The following statement was released by the Ukrainian Congress Committee of America on July 6. Earlier today, President Donald Trump was welcomed by throngs of Poles in Warsaw’s Krasiński Square, where he stood at the foot of the Memorial to the 1944 Warsaw Uprising and urged Russia “to cease its destabilizing activities in Ukraine and elsewhere.” Following his re-commitment that the United States “stands firmly behind Article 5,” it was also announced that an agreement was reached to sell eight Patriot missile defense systems to Poland by the end of the year, in a memorandum signed on Wednesday night. The Ukrainian Congress Committee of America (UCCA), the largest grassroots representation of Americans of Ukrainian descent, welcomes today’s acknowledgement by President Trump that Russia has acted against Ukraine. Since the beginning of 2017, there have been nearly 2,000 recorded attacks by Russian forces across the “ceasefire” line in Ukraine, with dozens of civilians killed this year alone. Since January 2017, Russian forces have also resumed firing heavy artillery onto Ukrainian positions and deployed portable rocket launchers among its invading forces.
Below is a slightly abridged text of remarks by U.S. Ambassador to Ukraine Marie L. Yovanovitch at the presentation in Kyiv on June 26 of the Council of Europe Venice Commission Rule of Law Checklist. …When I was thinking about this over the weekend and, you know, what would I say and, you know I had to sort of stop for a moment, cause I wasn’t exactly sure what a Rule of Law Checklist actually is. …I am a practical person; I’m not somebody steeped in the law, as probably everybody else in this room is – I’m a practical person. And so, how do you connect the law, you know, the big concepts of rule of law, democracy and human rights, into something that actually makes people’s lives better? And so I love the fact that you are going to be presenting here practical things to think about to help guide this process in Ukraine.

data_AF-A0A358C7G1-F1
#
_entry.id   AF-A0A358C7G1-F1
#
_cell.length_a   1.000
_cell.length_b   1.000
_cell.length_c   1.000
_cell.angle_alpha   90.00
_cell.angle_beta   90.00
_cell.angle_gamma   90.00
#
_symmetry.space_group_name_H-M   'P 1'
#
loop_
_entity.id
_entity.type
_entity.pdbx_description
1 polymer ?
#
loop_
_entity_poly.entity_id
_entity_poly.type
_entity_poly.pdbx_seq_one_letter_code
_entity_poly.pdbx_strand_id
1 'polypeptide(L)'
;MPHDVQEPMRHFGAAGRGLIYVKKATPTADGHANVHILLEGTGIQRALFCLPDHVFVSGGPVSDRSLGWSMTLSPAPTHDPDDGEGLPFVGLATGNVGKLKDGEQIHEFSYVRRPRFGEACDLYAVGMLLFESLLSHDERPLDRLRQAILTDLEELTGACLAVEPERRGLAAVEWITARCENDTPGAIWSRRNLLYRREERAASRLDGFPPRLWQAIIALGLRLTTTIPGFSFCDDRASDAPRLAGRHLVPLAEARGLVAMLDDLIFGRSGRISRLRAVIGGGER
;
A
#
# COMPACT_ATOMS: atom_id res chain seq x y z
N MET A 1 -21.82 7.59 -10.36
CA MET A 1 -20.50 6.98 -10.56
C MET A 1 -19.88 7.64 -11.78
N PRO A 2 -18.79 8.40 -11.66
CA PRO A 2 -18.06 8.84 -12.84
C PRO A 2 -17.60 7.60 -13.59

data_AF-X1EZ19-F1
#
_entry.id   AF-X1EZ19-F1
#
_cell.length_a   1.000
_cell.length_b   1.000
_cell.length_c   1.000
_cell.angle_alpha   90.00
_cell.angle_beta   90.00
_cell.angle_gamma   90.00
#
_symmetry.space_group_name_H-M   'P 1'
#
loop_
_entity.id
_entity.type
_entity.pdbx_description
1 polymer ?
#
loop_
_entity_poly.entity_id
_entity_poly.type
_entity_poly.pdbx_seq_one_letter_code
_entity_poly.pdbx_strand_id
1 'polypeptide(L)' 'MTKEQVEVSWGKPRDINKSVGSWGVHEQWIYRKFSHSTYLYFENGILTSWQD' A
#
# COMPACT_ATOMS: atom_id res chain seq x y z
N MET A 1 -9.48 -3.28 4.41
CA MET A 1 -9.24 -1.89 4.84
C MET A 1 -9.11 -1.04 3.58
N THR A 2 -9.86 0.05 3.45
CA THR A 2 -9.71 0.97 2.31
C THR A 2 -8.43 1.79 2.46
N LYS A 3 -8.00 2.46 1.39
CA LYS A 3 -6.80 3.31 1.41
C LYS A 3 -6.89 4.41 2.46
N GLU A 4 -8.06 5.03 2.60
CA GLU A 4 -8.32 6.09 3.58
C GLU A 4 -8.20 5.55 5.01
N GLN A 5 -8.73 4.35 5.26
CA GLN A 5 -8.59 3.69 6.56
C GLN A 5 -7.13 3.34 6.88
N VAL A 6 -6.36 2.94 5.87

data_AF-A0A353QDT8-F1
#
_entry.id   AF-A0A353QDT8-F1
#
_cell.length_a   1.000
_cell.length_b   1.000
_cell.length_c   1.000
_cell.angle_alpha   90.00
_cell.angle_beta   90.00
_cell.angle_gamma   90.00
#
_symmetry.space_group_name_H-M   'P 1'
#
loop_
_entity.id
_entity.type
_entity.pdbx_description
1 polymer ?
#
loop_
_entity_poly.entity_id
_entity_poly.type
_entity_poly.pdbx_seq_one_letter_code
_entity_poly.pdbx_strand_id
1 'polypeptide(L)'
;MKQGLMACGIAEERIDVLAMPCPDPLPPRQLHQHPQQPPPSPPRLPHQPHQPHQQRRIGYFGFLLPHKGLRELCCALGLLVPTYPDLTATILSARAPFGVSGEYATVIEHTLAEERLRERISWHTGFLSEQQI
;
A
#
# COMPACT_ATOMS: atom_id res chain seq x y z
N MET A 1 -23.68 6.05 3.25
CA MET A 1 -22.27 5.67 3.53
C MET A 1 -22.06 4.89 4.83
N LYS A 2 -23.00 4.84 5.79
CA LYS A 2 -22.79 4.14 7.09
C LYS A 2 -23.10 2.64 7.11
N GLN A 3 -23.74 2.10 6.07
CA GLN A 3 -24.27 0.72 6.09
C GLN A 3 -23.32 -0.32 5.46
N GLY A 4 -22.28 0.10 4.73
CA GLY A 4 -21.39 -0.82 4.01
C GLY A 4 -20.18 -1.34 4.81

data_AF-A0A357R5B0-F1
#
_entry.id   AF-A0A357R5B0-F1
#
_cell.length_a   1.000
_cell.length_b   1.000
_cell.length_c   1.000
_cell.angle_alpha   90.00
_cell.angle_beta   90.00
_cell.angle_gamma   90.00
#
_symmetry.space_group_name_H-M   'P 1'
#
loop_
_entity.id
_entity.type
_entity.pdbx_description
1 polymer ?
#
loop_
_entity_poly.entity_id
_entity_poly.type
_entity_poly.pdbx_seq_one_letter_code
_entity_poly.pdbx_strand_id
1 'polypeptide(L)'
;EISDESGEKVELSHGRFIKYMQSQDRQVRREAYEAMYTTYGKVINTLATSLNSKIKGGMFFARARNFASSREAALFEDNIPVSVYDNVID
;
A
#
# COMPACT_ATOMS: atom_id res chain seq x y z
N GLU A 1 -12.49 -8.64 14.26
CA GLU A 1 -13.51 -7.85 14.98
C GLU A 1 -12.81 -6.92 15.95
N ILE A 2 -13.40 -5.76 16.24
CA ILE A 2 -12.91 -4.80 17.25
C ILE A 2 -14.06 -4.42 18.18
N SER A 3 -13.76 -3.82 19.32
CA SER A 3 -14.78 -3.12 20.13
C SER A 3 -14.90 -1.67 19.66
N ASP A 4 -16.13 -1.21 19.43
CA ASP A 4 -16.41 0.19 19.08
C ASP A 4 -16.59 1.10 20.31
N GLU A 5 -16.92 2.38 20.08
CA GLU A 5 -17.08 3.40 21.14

The following statement was released by the Ukrainian Congress Committee of America. Earlier today, President Donald Trump welcomed Ukraine’s President Petro Poroshenko to the Oval Office for a frank discussion about recent developments in Ukraine, as well as continuing the United States’ support of Ukraine in defense of its sovereignty and democratic values. Today’s meeting came on the heels of Speaker Paul Ryan and Chairman of Ukraine’s Parliament Andriy Parubiy meeting last week and signing a memorandum of understanding reaffirming the U.S. Congress- Verkhovna Rada Parliamentary Exchange (CRPE). Also today, the United States Treasury sanctioned 38 additional individuals and entities related to Russia’s continued occupation of Crimea. While all of these developments serve to demonstrate to the world that the longstanding strategic alliance between Ukraine and the United States continues on, we can ill afford to sit back while Russia continues to go on the offensive.